Skip to main content

Thank you for visiting You are using a browser version with limited support for CSS. To obtain the best experience, we recommend you use a more up to date browser (or turn off compatibility mode in Internet Explorer). In the meantime, to ensure continued support, we are displaying the site without styles and JavaScript.

Counting RAD51 proteins disassembling from nucleoprotein filaments under tension


The central catalyst in eukaryotic ATP-dependent homologous recombination consists of RAD51 proteins, polymerized around single-stranded DNA. This nucleoprotein filament recognizes and invades a homologous duplex DNA segment1,2. After strand exchange, the nucleoprotein filament should disassemble so that the recombination process can be completed3. The molecular mechanism of RAD51 filament disassembly is poorly understood. Here we show, by combining optical tweezers with single-molecule fluorescence microscopy and microfluidics4,5, that disassembly of human RAD51 nucleoprotein filaments results from the interplay between ATP hydrolysis and the release of the tension stored in the filament. By applying external tension to the DNA, we found that disassembly slows down and can even be stalled. We quantified the fluorescence of RAD51 patches and found that disassembly occurs in bursts interspersed by long pauses. After relaxation of a stalled complex, pauses were suppressed resulting in a large burst. These results indicate that tension-dependent disassembly takes place only from filament ends, after tension-independent ATP hydrolysis. This integrative single-molecule approach allowed us to dissect the mechanism of this principal homologous recombination reaction step, which in turn clarifies how disassembly can be influenced by accessory proteins.

This is a preview of subscription content

Access options

Rent or Buy article

Get time limited or full article access on ReadCube.


All prices are NET prices.

Figure 1: Assay for triggering of RAD51 disassembly.
Figure 2: RAD51 disassembly rate is reversibly reduced by DNA tension.
Figure 3: RAD51 disassembly occurs in bursts interspersed with pauses.
Figure 4: RAD51 disassembly pathway.


  1. 1

    Bianco, P. R., Tracy, R. B. & Kowalczykowski, S. C. DNA strand exchange proteins: a biochemical and physical comparison. Front. Biosci. 3, D570–D603 (1998)

    CAS  Article  Google Scholar 

  2. 2

    Sung, P., Krejci, L., Van Komen, S. & Sehorn, M. G. Rad51 Recombinase and Recombination Mediators. J. Biol. Chem. 278, 42729–42732 (2003)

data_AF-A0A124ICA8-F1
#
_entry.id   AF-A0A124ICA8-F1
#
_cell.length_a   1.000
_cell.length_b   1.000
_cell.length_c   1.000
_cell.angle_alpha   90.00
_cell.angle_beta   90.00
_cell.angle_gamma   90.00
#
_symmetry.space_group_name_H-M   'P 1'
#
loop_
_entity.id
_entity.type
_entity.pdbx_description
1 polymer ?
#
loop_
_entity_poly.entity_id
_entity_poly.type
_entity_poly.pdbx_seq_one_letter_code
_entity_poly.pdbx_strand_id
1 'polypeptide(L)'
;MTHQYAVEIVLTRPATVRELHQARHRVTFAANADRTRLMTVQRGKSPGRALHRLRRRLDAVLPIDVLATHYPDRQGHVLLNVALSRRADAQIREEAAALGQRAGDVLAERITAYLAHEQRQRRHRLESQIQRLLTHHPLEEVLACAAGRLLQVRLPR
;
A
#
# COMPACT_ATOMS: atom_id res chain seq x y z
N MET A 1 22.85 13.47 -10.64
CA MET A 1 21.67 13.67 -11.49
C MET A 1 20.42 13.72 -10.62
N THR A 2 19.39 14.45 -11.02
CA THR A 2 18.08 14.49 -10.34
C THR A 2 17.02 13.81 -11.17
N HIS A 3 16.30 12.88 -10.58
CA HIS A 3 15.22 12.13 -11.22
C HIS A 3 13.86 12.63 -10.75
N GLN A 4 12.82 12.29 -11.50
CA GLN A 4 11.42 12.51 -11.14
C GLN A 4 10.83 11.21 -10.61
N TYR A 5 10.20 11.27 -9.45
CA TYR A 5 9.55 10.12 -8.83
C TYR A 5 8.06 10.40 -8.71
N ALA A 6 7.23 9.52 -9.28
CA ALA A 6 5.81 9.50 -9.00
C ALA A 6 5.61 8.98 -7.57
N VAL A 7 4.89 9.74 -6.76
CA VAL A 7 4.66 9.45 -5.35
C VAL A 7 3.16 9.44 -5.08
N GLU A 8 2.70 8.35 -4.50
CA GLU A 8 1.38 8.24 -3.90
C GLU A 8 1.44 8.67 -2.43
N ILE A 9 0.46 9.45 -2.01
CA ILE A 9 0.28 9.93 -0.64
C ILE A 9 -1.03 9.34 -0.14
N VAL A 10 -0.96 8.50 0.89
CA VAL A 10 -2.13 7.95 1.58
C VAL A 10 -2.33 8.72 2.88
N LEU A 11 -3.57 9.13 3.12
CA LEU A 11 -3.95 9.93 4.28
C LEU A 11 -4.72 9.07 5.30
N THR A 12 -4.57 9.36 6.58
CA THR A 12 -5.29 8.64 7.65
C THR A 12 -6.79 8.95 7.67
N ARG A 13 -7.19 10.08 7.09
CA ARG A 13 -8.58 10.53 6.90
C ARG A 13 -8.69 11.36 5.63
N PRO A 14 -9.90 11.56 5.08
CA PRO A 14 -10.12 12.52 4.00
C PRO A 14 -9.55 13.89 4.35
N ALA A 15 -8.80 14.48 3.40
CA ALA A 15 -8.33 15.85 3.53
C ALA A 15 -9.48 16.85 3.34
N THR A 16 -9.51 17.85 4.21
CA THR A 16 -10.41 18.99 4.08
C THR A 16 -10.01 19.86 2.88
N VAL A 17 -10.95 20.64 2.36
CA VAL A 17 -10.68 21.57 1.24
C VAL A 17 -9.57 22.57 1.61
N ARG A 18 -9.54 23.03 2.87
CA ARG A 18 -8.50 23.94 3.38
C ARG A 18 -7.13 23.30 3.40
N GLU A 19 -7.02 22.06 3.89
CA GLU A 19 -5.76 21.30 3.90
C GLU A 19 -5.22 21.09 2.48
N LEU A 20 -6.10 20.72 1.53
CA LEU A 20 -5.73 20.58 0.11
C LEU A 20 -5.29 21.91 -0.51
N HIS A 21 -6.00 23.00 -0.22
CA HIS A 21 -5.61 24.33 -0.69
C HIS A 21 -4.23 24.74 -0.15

CAS  Article  Google Scholar 

  3. 3

    Symington, L. S. & Heyer, W. D. Some disassembly required: role of DNA translocases in the disruption of recombination intermediates and dead-end complexes. Genes Dev. 20, 2479–2486 (2006)

    CAS  Article  Google Scholar 

  4. 4

    van Mameren, J. et al. Dissecting elastic heterogeneity along DNA molecules coated partly with Rad51 using concurrent fluorescence microscopy and optical tweezers. Biophys. J. 91, L78–L80 (2006)

    CAS  Article  Google Scholar 

  5. 5

    Brau, R. R. et al. Interlaced optical force-fluorescence measurements for single molecule biophysics. Biophys. J. 91, 1069–1077 (2006)

    ADS  CAS  Article  Google Scholar 

  6. 6

    Kowalczykowski, S. C. & Eggleston, A. K. Homologous pairing and DNA strand-exchange proteins. Annu. Rev. Biochem. 63, 991–1043 (1994)

    CAS  Article  Google Scholar 

  7. 7

    Benson, F. E., Stasiak, A. & West, S. C. Purification and characterization of the human Rad51 protein, an analogue of E. coli RecA. EMBO J. 13, 5764–5771 (1994)

    CAS  Article  Google Scholar 

  8. 8

    Chi, P. et al. Roles of ATP binding and ATP hydrolysis in human Rad51 recombinase function. DNA Repair (Amst.) 5, 381–391 (2006)

    CAS  Article  Google Scholar 

  9. 9

    Hegner, M., Smith, S. B. & Bustamante, C. Polymerization and mechanical properties of single RecA–DNA filaments. Proc. Natl Acad. Sci. USA 96, 10109–10114 (1999)

    ADS  CAS  Article  Google Scholar 

  10. 10

    Ristic, D. et al. Human Rad51 filaments on double- and single-stranded DNA: correlating regular and irregular forms with recombination function. Nucleic Acids Res. 33, 3292–3302 (2005)

    CAS  Article  Google Scholar 

  11. 11

    Galletto, R., Amitani, I., Baskin, R. J. & Kowalczykowski, S. C. Direct observation of individual RecA filaments assembling on single DNA molecules. Nature 443, 875–878 (2006)

    ADS  CAS  Article  Google Scholar 

  12. 12

    Noom, M. C., van den Broek, B., van Mameren, J. & Wuite, G. J. L. Visualizing single DNA-bound proteins using DNA as a scanning probe. Nat. Methods 4, 1031–1036 (2007)

    CAS  Article  Google Scholar 

  13. 13

    van den Broek, B., Noom, M. C. & Wuite, G. J. DNA-tension dependence of restriction enzyme activity reveals mechanochemical properties of the reaction pathway. Nucleic Acids Res. 33, 2676–2684 (2005)

    CAS  Article  Google Scholar 

  14. 14

    Modesti, M. et al. Fluorescent human RAD51 reveals multiple nucleation sites and filament segments tightly associated along a single DNA molecule. Structure 15, 599–609 (2007)

    CAS  Article  Google Scholar 

  15. 15

    Bugreev, D. V. & Mazin, A. V. Ca2+ activates human homologous recombination protein Rad51 by modulating its ATPase activity. Proc. Natl Acad. Sci. USA 101, 9988–9993 (2004)

    ADS  CAS  Article  Google Scholar